SV: Animal advocates have so many things going for them. They have great and compelling stories, terrific nonpartisan issues, and a strong constituency-based advocate network. The one main piece of advice I have is that advocates need to continue to build on the professionalism of the movement. As an animal advocate myself, I know that we're sometimes seen as a little "odd" (I'm odd, but for other reasons). The more we let people know that we're serious, we have strong arguments to make, and we know how to play the political game, the more successful we'll be. HSUS and HSLF have really taken the lead on that and I've noticed a big (and positive) difference.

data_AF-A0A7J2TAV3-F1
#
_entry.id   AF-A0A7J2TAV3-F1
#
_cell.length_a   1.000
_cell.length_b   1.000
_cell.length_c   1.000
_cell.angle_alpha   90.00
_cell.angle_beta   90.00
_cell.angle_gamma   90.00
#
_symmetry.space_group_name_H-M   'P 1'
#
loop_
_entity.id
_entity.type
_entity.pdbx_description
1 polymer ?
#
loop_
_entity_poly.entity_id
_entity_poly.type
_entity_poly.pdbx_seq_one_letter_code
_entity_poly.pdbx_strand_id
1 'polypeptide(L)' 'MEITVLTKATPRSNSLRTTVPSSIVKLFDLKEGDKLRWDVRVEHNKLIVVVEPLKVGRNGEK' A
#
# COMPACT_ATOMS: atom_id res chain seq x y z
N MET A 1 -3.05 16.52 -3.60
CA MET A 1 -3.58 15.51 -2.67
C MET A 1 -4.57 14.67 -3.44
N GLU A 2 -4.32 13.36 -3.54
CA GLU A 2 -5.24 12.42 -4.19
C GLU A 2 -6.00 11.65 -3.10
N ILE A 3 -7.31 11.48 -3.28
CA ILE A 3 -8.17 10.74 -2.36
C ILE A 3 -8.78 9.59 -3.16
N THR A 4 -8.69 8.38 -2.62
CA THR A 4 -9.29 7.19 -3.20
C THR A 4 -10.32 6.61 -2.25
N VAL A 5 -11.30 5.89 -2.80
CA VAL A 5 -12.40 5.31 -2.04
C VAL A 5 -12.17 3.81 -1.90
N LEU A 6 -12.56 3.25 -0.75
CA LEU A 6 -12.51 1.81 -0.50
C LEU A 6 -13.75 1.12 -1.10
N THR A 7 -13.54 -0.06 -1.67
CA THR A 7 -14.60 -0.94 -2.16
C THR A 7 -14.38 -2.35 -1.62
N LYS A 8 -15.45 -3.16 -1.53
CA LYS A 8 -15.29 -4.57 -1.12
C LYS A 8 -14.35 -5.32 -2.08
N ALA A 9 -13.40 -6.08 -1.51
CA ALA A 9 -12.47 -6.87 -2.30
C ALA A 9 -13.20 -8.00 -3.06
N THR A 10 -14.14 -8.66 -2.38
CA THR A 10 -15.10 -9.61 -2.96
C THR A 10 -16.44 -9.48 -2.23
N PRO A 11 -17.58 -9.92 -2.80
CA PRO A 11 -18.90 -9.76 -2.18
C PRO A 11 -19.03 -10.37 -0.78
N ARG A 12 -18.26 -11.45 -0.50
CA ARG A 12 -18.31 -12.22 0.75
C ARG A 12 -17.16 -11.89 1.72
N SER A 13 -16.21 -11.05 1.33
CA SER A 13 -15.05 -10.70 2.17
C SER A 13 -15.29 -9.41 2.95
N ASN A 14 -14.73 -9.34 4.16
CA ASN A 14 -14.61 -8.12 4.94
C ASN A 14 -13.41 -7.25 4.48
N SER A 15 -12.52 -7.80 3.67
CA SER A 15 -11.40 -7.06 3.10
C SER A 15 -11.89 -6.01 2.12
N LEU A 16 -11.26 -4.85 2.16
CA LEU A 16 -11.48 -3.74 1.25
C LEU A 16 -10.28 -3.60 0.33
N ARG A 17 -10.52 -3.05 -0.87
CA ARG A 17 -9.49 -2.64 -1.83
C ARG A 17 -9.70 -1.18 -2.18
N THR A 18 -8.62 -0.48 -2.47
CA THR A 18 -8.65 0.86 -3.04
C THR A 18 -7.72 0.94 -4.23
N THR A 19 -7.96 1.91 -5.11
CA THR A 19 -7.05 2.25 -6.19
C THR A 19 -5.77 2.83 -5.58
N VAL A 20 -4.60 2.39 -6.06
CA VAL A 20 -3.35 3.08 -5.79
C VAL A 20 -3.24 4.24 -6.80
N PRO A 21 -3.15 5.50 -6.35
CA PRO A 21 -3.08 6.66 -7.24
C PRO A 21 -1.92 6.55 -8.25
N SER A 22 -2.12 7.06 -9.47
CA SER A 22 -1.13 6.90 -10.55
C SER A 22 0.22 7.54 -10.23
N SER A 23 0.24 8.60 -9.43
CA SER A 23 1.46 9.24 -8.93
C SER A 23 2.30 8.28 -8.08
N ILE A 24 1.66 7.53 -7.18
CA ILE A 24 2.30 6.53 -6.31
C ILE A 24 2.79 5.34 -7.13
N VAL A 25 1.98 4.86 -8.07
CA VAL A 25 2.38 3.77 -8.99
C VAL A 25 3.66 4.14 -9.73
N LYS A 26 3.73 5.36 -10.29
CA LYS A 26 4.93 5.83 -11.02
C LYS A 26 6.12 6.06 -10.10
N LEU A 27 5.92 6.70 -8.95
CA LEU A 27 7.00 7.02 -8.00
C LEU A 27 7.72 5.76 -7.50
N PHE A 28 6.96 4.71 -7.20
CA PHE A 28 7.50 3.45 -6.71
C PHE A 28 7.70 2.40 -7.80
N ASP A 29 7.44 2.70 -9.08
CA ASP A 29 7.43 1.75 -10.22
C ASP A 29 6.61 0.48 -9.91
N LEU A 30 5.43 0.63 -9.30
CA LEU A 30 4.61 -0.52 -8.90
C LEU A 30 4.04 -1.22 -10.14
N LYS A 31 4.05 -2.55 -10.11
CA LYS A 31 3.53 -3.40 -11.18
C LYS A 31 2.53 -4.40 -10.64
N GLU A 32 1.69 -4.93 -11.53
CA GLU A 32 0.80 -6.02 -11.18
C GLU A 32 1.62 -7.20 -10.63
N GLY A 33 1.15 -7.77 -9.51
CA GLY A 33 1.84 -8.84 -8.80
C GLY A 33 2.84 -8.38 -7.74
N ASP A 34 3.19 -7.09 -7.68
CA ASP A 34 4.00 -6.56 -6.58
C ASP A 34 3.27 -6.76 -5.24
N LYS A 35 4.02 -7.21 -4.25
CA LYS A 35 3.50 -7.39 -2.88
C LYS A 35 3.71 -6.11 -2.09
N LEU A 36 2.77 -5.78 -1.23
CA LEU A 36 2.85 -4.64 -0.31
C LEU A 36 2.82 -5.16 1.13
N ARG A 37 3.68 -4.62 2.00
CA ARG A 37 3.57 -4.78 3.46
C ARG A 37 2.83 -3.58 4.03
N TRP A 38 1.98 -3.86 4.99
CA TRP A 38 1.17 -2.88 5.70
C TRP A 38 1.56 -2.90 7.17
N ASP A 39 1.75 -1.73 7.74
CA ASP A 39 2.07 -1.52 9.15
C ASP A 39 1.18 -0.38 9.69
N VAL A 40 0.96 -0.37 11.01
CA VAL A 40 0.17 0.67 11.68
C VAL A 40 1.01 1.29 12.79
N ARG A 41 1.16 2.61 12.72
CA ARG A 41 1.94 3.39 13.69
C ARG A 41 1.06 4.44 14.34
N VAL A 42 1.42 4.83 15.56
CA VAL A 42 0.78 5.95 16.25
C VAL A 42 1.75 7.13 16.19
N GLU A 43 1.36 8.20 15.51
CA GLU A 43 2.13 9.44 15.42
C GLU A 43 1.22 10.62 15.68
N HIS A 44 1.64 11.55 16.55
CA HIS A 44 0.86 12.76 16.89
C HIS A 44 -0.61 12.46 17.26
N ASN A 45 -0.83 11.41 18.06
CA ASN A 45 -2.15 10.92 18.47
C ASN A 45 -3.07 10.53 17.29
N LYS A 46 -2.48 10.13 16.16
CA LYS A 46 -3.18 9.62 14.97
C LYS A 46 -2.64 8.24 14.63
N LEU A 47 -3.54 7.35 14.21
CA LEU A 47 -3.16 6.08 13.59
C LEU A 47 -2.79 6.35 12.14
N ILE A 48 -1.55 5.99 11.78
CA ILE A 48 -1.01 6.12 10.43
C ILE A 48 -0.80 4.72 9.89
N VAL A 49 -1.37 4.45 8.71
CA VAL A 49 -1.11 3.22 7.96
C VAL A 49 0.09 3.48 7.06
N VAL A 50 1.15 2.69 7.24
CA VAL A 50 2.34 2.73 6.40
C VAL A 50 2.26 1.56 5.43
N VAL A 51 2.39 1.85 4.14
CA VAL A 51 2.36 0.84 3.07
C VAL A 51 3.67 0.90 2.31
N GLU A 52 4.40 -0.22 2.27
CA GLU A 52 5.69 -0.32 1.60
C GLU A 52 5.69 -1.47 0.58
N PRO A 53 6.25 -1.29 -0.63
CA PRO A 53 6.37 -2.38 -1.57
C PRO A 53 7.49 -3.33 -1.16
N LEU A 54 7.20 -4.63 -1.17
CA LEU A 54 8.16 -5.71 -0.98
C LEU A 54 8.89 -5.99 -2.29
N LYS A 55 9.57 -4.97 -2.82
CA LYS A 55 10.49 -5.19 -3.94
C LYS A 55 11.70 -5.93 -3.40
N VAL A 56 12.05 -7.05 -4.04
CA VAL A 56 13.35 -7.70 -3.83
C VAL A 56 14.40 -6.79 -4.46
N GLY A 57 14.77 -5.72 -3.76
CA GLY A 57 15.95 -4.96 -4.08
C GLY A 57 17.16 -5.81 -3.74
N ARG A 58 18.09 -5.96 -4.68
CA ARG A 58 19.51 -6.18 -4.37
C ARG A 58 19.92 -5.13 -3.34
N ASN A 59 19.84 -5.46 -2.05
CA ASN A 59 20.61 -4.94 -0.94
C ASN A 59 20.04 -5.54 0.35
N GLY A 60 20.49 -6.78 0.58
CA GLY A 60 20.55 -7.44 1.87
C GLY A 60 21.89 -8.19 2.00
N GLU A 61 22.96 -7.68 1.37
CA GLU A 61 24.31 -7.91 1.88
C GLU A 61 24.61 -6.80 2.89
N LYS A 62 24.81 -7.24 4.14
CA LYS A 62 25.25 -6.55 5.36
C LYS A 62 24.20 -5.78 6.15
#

MM: How is Ozzie?
SV: Thank you for asking! As adorable as ever. Although, I think he finished off another TV remote last week. But we love him more than television, so he can eat all the remotes he wants. We know they're not good for him, though, so we do our best to hide them--it's just that as an Australian cattle dog, he's smarter than my husband and I combined and we can't outwit him for long.
Stephanie Vance's new book.
MM: How can people learn more and continue to sharpen their advocacy skills?
SV: Well, buy "Citizens in Action," of course :). But I also think that all the training HSUS and HSLF give advocates is fabulous, so people should take advantage of those opportunities. In addition to the free resources available through you all, there are free resources on my web site that I hope people will use. And the most important thing to remember is that as citizens we have an amazing power to make a difference. We just need to apply that power effectively and persistently: If we do, there are no limits to what we can achieve.